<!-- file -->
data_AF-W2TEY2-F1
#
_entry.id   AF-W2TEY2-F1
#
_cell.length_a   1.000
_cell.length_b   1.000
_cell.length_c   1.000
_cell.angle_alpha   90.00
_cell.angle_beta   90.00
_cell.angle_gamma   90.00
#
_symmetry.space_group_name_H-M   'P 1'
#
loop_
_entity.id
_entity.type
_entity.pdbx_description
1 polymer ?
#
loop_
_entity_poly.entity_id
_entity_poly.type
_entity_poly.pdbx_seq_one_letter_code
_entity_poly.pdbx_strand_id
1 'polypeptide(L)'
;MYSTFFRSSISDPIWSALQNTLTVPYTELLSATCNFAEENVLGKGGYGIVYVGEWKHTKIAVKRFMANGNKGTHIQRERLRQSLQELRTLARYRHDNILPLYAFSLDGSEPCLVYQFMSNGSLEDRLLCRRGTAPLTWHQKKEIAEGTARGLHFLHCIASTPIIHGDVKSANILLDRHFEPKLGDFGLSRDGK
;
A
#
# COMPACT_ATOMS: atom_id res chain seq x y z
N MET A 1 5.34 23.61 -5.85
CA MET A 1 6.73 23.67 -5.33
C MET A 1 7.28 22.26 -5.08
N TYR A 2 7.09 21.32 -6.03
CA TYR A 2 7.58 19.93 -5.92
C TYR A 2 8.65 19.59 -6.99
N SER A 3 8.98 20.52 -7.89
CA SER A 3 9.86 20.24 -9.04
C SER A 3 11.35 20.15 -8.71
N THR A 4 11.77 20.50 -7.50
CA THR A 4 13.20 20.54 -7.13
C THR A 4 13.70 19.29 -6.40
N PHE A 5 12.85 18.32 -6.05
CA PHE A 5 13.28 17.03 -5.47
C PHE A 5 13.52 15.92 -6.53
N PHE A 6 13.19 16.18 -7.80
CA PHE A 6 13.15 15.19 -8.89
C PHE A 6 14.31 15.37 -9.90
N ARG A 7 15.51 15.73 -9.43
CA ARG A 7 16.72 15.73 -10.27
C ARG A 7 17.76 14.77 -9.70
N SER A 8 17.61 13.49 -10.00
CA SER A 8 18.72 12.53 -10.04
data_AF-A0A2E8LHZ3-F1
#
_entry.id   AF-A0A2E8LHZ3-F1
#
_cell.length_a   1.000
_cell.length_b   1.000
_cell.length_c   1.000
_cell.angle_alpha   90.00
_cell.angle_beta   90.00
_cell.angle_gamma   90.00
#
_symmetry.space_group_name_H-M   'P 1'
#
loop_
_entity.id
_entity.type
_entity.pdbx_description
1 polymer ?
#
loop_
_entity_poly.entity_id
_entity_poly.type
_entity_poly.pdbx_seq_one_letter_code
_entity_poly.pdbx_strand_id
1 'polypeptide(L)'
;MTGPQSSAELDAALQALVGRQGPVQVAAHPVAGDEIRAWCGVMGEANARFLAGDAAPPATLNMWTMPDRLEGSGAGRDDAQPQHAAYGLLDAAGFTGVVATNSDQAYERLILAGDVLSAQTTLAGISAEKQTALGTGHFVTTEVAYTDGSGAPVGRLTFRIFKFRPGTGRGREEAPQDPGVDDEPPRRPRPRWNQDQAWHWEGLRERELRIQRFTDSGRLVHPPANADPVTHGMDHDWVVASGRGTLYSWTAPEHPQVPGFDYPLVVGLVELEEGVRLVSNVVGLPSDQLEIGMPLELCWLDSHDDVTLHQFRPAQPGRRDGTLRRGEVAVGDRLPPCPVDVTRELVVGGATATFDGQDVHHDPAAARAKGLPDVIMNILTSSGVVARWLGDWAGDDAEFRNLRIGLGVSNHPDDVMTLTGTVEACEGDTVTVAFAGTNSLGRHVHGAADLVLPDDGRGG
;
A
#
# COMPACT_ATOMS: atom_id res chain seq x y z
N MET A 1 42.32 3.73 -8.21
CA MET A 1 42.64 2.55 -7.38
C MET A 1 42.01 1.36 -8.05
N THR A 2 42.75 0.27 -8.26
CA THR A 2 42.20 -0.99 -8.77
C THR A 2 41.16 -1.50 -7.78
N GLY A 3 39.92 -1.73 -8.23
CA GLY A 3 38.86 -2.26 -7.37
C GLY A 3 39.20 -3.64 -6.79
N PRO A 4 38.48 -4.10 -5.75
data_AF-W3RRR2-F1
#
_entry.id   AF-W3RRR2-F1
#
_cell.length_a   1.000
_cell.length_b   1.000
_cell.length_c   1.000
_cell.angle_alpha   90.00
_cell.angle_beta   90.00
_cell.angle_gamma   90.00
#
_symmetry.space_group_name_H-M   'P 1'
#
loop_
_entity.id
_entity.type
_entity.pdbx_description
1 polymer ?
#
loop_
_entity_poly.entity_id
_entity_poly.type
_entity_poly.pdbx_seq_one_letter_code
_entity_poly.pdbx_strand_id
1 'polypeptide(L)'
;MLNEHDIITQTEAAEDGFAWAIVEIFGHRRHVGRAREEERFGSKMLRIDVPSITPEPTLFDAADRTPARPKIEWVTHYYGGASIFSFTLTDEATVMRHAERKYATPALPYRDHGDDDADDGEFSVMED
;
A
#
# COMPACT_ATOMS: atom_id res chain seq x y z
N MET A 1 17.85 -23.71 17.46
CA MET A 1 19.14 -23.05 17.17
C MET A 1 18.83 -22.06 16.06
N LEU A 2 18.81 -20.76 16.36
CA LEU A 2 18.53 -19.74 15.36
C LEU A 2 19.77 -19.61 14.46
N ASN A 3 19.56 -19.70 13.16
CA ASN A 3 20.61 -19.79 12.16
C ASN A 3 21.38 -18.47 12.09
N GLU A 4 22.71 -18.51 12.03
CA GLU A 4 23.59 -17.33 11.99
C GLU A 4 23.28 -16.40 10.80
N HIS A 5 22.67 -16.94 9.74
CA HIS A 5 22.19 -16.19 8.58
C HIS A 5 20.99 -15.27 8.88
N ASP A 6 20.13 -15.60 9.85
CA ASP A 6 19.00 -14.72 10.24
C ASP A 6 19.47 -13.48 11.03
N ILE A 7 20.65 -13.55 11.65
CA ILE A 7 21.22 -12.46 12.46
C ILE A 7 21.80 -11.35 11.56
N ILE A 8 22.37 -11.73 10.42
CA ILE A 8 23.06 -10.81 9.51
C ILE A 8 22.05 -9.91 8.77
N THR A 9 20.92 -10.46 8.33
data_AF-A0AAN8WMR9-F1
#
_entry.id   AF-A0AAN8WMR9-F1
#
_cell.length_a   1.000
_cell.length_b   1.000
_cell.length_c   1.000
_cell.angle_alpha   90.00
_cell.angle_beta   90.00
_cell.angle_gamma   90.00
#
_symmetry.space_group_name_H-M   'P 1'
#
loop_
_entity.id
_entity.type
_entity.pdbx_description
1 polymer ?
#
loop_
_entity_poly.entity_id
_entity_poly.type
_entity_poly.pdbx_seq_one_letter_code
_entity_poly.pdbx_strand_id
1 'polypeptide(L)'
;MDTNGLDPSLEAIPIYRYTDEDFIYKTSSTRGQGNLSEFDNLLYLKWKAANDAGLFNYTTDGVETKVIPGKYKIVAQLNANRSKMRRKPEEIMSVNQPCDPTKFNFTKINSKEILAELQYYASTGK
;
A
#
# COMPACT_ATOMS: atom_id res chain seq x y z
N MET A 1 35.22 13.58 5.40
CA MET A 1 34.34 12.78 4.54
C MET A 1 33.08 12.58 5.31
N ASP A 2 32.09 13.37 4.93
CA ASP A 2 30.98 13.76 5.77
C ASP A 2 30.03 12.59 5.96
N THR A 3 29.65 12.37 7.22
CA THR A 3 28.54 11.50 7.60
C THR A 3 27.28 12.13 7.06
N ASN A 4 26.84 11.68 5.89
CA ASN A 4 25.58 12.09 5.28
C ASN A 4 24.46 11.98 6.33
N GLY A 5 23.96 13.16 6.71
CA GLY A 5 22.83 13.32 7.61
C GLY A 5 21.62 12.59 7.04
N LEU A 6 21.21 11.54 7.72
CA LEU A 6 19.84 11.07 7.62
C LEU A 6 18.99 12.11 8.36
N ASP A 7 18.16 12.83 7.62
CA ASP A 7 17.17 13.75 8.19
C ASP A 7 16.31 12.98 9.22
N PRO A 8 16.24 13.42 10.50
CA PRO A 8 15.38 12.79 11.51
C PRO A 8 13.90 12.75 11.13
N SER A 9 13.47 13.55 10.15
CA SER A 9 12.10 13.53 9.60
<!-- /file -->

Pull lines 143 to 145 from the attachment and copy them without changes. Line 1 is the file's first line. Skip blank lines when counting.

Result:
CA ILE A 7 21.22 -12.46 12.46
C ILE A 7 21.80 -11.35 11.56
N ILE A 8 22.37 -11.73 10.42